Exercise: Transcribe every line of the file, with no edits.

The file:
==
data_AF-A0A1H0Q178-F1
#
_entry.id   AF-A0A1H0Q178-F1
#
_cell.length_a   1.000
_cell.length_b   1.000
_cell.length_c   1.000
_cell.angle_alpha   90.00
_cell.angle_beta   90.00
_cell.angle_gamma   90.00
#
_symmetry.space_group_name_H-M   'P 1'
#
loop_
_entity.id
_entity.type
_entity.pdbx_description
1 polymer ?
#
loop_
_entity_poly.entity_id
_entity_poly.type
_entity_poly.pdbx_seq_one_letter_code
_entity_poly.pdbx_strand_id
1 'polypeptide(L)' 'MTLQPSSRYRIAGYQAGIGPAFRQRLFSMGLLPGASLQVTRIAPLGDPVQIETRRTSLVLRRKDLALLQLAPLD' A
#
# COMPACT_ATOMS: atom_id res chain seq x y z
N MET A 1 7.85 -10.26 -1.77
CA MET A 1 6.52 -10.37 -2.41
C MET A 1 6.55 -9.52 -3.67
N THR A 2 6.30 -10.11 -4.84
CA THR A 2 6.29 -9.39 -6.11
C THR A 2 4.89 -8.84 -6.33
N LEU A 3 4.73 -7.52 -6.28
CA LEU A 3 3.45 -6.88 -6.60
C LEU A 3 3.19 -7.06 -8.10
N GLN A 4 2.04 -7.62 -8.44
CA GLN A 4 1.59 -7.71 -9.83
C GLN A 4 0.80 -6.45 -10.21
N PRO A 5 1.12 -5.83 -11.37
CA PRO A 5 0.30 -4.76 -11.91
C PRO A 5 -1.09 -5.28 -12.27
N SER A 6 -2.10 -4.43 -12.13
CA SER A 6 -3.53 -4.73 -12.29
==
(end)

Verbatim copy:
data_AF-A0A1H0Q178-F1
#
_entry.id   AF-A0A1H0Q178-F1
#
_cell.length_a   1.000
_cell.length_b   1.000
_cell.length_c   1.000
_cell.angle_alpha   90.00
_cell.angle_beta   90.00
_cell.angle_gamma   90.00
#
_symmetry.space_group_name_H-M   'P 1'
#
loop_
_entity.id
_entity.type
_entity.pdbx_description
1 polymer ?
#
loop_
_entity_poly.entity_id
_entity_poly.type
_entity_poly.pdbx_seq_one_letter_code
_entity_poly.pdbx_strand_id
1 'polypeptide(L)' 'MTLQPSSRYRIAGYQAGIGPAFRQRLFSMGLLPGASLQVTRIAPLGDPVQIETRRTSLVLRRKDLALLQLAPLD' A
#
# COMPACT_ATOMS: atom_id res chain seq x y z
N MET A 1 7.85 -10.26 -1.77
CA MET A 1 6.52 -10.37 -2.41
C MET A 1 6.55 -9.52 -3.67
N THR A 2 6.30 -10.11 -4.84
CA THR A 2 6.29 -9.39 -6.11
C THR A 2 4.89 -8.84 -6.33
N LEU A 3 4.73 -7.52 -6.28
CA LEU A 3 3.45 -6.88 -6.60
C LEU A 3 3.19 -7.06 -8.10
N GLN A 4 2.04 -7.62 -8.44
CA GLN A 4 1.59 -7.71 -9.83
C GLN A 4 0.80 -6.45 -10.21
N PRO A 5 1.12 -5.83 -11.37
CA PRO A 5 0.30 -4.76 -11.91
C PRO A 5 -1.09 -5.28 -12.27
N SER A 6 -2.10 -4.43 -12.13
CA SER A 6 -3.53 -4.73 -12.29